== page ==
The number of illicit digital copies is not as high as reported by industry trade organizations, according to a large-scale analysis of BitTorrent file-sharing of videogames.
Anders Drachen from the Department of Communication and Psychology at Aalborg University and the PLAIT Lab at Northeastern University as well as Robert Veitch from the Department of IT Management at Copenhagen Business School analysed a the filesharing of some 173 computer games over a three-month period between 2010 and 2011.
They set out to study videogame piracy because "despite the substantial debate about digital game piracy, there is minimal objective information available about the relative magnitude of piracy, or its distribution across different countries nor across game titles or game genres" That game piracy is common and the both sides agree about it but the numbers vary dramatically between reports. Almost 10 million illegal downloads of around 200 games were tracked in December 2009. TorrentFreak reported 18.14 million downloads for the five most downloaded PC games on BitTorrent in 2010, with a further 5.34 million downloads of the five most downloaded console games.
The team tracked BitTorrent file sharing, looking at games for 14 different platforms including PC, Xbox 360, PS3, Wii, DS, iOS/Mac and PSP, during the three-month period.
A custom web crawler developed by the research team is used for periodically issued queries to a BitTorrent search engine. The crawler obtained the tracker server URIs before issuing an HTTP "GET" request to obtain a list of IP addresses for peers participating in the sharing. From this they compiled a list of 173 game titles, once it located the metadata files.
Including Fallout: New Vegas, Darksiders, Tron Evolution, Call of Duty: Black Ops, Starcraft 2 and The Sims 3: Late Night, 12.6 million unique peers from 250 areas were sharing illicit copies of games. 10 most popular games titles during the period drove 42.7 percent of unique peers (5.37 million) on BitTorrent and just 20 countries hogged 76.7 percent of the total file-sharing activity. The most activity (relative to population size) was seen to come from Romania, Croatia, Greece, Portugal and Hungary.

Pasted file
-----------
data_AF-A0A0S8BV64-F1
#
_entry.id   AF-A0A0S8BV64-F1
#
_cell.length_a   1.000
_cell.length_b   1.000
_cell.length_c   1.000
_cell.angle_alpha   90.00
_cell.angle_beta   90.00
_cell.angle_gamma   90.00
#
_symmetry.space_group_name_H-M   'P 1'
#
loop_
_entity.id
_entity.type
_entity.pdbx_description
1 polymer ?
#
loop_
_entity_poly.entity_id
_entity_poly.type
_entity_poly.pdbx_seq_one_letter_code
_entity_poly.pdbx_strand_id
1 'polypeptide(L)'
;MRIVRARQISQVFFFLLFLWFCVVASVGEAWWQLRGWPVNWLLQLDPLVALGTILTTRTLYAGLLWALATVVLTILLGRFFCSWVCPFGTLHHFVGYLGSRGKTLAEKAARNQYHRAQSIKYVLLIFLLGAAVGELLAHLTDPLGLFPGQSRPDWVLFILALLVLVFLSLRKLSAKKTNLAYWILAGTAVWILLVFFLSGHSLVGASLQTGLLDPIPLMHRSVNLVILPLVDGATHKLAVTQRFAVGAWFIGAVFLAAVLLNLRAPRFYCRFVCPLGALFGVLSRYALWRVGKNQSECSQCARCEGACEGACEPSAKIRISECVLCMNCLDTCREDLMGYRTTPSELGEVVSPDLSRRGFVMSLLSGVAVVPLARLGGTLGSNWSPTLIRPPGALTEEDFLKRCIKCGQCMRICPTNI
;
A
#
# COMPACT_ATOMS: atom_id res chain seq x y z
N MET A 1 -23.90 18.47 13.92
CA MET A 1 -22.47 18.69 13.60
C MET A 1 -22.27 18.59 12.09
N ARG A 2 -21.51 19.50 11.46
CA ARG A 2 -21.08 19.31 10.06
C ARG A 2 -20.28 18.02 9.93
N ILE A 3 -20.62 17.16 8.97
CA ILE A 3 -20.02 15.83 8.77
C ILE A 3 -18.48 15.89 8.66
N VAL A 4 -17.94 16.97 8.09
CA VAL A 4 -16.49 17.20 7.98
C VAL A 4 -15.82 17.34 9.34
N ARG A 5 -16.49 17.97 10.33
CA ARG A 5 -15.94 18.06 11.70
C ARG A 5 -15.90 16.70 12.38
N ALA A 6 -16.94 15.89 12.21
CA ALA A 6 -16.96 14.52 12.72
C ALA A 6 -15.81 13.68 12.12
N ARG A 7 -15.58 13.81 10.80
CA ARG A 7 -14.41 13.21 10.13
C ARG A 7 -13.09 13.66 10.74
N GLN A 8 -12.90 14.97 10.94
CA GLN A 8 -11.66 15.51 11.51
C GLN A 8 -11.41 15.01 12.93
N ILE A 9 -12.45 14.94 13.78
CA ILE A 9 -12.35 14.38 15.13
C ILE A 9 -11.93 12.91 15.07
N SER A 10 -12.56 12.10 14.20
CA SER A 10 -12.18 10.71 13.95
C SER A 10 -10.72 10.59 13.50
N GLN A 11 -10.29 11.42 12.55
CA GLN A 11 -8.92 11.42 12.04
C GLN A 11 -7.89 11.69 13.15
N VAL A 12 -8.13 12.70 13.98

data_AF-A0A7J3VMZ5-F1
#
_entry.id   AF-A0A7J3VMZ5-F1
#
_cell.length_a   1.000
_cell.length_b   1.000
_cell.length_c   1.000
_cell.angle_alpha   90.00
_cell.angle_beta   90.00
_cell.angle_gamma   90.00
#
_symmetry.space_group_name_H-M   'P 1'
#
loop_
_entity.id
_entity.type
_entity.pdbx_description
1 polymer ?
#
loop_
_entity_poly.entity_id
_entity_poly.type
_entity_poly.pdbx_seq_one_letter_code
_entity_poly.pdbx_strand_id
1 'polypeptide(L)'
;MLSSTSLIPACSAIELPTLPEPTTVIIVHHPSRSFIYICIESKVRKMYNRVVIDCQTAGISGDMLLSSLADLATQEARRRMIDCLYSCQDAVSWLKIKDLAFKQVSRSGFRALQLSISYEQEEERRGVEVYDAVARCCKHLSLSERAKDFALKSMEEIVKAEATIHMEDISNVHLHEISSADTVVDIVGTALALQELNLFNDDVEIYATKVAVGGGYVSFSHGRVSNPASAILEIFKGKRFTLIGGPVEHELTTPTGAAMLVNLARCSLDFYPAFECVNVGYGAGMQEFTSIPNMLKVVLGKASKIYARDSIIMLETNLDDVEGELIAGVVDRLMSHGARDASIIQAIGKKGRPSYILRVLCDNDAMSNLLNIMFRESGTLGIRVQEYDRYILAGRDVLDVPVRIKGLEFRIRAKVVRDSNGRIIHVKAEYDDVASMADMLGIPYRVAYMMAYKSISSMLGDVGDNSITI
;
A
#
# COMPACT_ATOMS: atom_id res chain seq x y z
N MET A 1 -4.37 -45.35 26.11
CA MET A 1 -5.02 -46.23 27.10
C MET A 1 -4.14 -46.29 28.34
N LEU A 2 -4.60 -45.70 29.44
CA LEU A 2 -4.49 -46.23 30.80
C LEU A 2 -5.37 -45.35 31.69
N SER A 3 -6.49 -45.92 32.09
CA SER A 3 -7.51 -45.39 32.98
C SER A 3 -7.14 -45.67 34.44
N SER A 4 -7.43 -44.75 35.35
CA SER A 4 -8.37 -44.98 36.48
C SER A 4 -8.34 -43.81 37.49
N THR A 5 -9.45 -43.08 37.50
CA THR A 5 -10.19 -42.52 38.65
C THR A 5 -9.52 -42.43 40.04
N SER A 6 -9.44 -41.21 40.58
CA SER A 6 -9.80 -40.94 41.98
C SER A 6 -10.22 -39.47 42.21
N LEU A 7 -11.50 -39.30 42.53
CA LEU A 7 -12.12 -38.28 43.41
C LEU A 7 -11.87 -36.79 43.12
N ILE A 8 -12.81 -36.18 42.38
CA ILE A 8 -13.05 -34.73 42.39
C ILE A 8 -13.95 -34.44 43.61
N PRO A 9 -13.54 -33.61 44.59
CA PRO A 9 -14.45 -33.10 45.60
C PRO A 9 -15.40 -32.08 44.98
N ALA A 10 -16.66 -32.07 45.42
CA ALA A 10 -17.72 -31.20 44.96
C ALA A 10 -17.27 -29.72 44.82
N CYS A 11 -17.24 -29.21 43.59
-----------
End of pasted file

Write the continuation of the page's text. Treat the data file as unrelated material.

"This is definitely not a case of developing countries vs. industrial countries but much more diverse. While we can only speculate about the underlying causal factors of the patterns we observe, I suspect that they are pretty complex." Drachen told Wired.co.uk
When looking at those games during the three-month period that made their debut on BitTorrent, they noticed that they experienced a rapid increase in popularity within the first few days, before gradually declining. This implies that any snap-shot analyses of BitTorrent activity, where data are collected over a very short time-period, can be incredibly misleading -- any accurate figures must take into account the variations in activity over time.
It is evident that the most popular genres were RPGs (18.9 percent), action-adventure (15.9 percent), third-person shooters (12.7 percent) and racing (9.3 percent), when it comes to the number of unique peers per game. The team also found a correlation between a game's review score on Metacritic and the volume of BitTorrent activity rleated to that game.
"First and foremost, P2P game piracy is extraordinarily prevalent and geographically distributed [at least it was during the period analysed]. However, the numbers in our investigation suggest that previously reported magnitudes in game piracy are too high. It also appears that some common myths are wrong, e.g. that it is only shooters that get pirated, as we see a lot of activity for children's and family games on BitTorrent for the period we investigated" Drachen said in a press release.
The industry is moving towards online platforms for major commercial and casual games in the hope that they will reduce piracy, according to the studies.